How to install and use Chocolatey, a delicious package manager for Windows 10


Picture this: you need to install new software on your Windows PC. Chances are, you are heading to a website, trying not to click unwanted elements on the page, and then clicking on a graphical installer, most likely using the default settings.

It’s a routine you are probably familiar with because it has hardly changed in the life of Windows, since software began to be distributed online. Unix systems have an alternative approach, however, with software installations managed by package managers that require minimal user intervention and are often controlled via the command line. There is now growing interest in applying these benefits to Windows, through the use of third-party package managers.

We recently took a look at Scoop, which is a simple and accessible package manager solution. This article also contains a more in-depth discussion of the benefits of Terminal Package Managers over Windows graphical installers, so we encourage you to read it if you’re still new to the concept. Today we’re going to explore Chocolatey, which is an alternative Windows package manager with a slightly stronger focus on desktop apps for users.

Chocolatey is mainly controlled from the command line. Don’t worry if you’re new to console apps – type in the commands as instructed in the documentation and you shouldn’t experience any issues. Chocolatey also has an optional GUI which we’ll explore later.

Installing Chocolatey

To install Chocolatey, open PowerShell from the Start menu. Then copy and paste the following script line and press Enter:

Set-ExecutionPolicy Bypass -Scope Process -Force;
iex ((New-Object System.Net.WebClient).DownloadString(''))

This will configure PowerShell to allow execution of external scripts, before downloading and running the Chocolatey install script. For more details on this process, you should refer to Chocolatey’s own documentation. If you are concerned about what the script is doing, you should manually inspect it before running the command.

Install programs with Chocolatey

The main feature of Chocolatey is the ability to install Windows software with just one command. Instead of having to visit a website and manually click on an installer, you can launch PowerShell and type something like the following:

choco install vlc

Screenshot of using the chocolate package manager

This will download and install VLC Media Player on your system, without any action on your part. You will see the progress information displayed in your console as VLC is added to your system. You will then find it in your Start menu as if you were running the installer yourself.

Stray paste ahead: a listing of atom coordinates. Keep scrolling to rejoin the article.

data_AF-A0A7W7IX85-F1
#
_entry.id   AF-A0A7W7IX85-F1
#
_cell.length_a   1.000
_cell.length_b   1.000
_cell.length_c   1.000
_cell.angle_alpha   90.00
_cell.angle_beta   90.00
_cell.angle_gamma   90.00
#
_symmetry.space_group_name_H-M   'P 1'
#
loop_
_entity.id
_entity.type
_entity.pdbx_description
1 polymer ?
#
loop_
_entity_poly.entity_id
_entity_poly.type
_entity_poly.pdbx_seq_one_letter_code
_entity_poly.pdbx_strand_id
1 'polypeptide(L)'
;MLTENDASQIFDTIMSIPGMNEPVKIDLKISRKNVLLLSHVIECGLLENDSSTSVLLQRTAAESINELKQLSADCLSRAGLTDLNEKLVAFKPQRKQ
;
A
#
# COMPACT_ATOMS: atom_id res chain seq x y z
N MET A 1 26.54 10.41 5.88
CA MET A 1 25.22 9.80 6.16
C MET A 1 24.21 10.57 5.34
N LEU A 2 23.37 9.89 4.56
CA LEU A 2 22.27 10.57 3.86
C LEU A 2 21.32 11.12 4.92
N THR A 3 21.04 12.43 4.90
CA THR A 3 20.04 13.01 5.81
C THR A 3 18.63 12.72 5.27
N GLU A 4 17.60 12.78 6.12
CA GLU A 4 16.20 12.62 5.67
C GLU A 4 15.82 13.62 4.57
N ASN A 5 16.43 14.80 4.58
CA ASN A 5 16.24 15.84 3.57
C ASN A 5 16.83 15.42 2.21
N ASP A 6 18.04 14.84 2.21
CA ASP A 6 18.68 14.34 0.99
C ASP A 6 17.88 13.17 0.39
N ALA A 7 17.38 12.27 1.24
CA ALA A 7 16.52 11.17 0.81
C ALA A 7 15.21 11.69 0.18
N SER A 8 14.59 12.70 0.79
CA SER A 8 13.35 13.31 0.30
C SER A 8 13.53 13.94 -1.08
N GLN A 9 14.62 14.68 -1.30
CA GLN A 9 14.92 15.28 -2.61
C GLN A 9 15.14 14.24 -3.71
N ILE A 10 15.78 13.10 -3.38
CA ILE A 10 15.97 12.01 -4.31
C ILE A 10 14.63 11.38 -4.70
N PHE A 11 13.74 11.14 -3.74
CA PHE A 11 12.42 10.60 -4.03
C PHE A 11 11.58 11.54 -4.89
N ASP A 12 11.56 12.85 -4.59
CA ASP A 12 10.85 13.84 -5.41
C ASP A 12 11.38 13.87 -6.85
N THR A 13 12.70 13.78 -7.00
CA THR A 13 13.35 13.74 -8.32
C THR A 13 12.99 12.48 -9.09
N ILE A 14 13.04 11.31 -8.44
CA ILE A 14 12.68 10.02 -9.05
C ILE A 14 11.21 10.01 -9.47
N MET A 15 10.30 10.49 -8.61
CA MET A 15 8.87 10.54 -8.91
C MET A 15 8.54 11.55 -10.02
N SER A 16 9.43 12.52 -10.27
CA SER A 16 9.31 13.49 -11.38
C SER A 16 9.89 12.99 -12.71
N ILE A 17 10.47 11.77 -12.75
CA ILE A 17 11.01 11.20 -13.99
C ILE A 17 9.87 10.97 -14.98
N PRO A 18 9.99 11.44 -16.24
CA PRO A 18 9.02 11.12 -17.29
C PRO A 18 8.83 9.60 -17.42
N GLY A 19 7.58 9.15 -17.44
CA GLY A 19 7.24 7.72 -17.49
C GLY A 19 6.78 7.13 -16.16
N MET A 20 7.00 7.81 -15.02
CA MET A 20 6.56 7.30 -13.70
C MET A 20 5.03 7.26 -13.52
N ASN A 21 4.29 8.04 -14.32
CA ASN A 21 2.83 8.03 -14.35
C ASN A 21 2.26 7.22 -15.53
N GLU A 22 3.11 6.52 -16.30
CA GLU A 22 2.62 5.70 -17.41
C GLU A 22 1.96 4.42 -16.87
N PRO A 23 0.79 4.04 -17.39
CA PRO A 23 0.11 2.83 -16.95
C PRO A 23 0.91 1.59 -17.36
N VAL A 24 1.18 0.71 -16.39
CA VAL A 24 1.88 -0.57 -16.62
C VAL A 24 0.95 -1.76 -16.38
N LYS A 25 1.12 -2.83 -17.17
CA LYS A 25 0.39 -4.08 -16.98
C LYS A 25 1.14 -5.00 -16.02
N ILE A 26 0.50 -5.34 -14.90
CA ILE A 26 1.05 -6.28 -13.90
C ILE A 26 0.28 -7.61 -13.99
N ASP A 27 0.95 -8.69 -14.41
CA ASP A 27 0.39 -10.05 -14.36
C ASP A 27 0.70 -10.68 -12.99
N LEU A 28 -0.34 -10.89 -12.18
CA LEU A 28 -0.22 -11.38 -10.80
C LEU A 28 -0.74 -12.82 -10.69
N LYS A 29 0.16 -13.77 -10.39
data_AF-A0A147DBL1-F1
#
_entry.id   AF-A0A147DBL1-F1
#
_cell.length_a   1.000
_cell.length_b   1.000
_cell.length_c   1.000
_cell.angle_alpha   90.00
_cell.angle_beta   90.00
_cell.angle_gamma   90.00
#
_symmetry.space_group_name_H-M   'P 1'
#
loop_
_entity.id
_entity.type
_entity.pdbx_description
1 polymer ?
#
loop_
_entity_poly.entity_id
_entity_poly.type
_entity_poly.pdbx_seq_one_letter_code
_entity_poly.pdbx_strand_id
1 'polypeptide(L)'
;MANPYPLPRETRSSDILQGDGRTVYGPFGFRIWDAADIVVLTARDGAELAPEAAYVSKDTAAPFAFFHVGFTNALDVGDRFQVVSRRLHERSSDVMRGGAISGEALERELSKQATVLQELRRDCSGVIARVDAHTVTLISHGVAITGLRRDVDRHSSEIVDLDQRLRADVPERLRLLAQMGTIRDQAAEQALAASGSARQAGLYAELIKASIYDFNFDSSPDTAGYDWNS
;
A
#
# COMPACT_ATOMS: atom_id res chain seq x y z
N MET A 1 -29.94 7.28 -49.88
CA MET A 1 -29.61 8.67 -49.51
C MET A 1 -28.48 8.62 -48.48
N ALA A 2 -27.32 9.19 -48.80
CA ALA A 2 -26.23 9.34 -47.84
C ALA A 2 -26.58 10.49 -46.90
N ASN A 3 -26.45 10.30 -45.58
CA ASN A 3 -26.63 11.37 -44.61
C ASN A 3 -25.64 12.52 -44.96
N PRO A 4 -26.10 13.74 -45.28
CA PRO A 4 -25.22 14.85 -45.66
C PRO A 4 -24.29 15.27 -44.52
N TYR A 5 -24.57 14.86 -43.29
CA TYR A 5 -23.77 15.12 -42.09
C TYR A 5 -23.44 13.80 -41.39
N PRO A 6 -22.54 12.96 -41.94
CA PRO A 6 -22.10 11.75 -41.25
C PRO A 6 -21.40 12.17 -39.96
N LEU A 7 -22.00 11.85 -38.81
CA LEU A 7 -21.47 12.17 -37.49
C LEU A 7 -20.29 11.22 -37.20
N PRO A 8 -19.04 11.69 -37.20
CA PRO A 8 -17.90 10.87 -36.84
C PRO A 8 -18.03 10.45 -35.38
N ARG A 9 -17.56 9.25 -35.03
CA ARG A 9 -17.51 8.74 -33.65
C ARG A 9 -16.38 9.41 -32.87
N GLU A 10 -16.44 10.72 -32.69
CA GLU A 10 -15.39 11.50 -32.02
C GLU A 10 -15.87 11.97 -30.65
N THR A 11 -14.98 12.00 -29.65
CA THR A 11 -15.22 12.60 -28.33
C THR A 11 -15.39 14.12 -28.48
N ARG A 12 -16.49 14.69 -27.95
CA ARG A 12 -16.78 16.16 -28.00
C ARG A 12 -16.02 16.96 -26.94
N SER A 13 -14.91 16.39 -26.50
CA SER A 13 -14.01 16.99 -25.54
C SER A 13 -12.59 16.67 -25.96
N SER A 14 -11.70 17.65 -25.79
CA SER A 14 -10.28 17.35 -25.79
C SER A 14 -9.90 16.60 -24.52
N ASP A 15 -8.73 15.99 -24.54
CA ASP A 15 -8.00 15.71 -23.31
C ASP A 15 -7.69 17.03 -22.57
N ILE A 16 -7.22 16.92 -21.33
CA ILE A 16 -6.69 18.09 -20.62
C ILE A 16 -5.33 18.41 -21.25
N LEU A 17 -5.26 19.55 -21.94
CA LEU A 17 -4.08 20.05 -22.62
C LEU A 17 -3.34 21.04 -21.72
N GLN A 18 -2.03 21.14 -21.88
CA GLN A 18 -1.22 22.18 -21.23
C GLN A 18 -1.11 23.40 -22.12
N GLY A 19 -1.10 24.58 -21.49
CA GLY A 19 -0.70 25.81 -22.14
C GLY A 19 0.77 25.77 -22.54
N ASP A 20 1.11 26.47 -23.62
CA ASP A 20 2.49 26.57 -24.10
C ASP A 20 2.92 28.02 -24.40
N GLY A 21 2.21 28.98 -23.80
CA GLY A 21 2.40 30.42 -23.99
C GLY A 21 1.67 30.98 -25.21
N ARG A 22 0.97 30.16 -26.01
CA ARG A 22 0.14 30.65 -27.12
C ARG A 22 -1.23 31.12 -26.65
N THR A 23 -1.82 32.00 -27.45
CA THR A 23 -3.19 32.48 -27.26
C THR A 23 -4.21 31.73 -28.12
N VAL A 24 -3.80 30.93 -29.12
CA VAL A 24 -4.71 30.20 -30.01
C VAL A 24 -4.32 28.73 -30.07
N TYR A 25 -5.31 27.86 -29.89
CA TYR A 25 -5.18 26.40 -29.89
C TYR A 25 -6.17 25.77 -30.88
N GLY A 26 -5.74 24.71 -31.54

Some programs may prompt you to run scripts when they are installed. Type “A” for “Yes to all” in the console, then press Enter to acknowledge this prompt and complete the installation.

Screenshot of using the chocolate package manager

Chocolatey supports thousands of different programs. You can see what’s available by browsing the Chocolatey package repository. Some of the more popular options include Chrome, Adobe Reader, Firefox, WinRAR, and Skype. The package repository displays the name to add to the “choco install” command to install each item.

Updating installed programs

Chocolatey makes it easy to update the programs you have installed. Run the following command to upgrade each obsolete Chocolatey package on your system:

choco upgrade all

You can also pass the name of an application to update a single program:

choco ugprade vlc

Chocolatey will check if updates are needed and automatically install the new version. If you want to see if any updates are available, without installing them, run “choco outdated” instead.

Other commands

There are a few other Chocolatey commands that you will probably find useful.

Running “choco list -lo” will display a list of all the programs you have installed. You can run “choco search query” to search the “query” package repository and view all matching programs, so you don’t even need a web browser to find new software.

Screenshot of using the chocolate package manager

When it comes to removing a program, use the command “choco uninstall”, adding the name of the program. Chocolatey also does its best to keep track of apps deleted by other means – if you install a program with Chocolatey but then remove it from the Windows Settings app or Control Panel, it should also disappear automatically. by Chocolatey.

Chocolately is very potent and we have only scratched the surface of its features with this article. There are many configuration options for advanced users, as well as the ability to run local proxies, caches, and package repositories. Chocolately also offers paid options for business and organizational use.

Chocolatey user interface

Finally, it should be noted that Chocolatey has an optional GUI which helps you interact with your packages and install new ones. As you might expect, the installation of the user interface is done through Chocolatey itself!

Screenshot of using the chocolate package manager

Run “choco install chocolateygui” to install the GUI. You can then launch the graphical interface from your Start menu.

Screenshot of using the chocolate package manager

This gives you a simple graphical interface to view your installed packages, check for updates, and customize Chocolatey settings. You can browse the Chocolatey catalog by clicking on “chocolatey” in the left sidebar. Here, you can search for new programs and install them with just one click, avoiding using PowerShell more if console apps aren’t for you.

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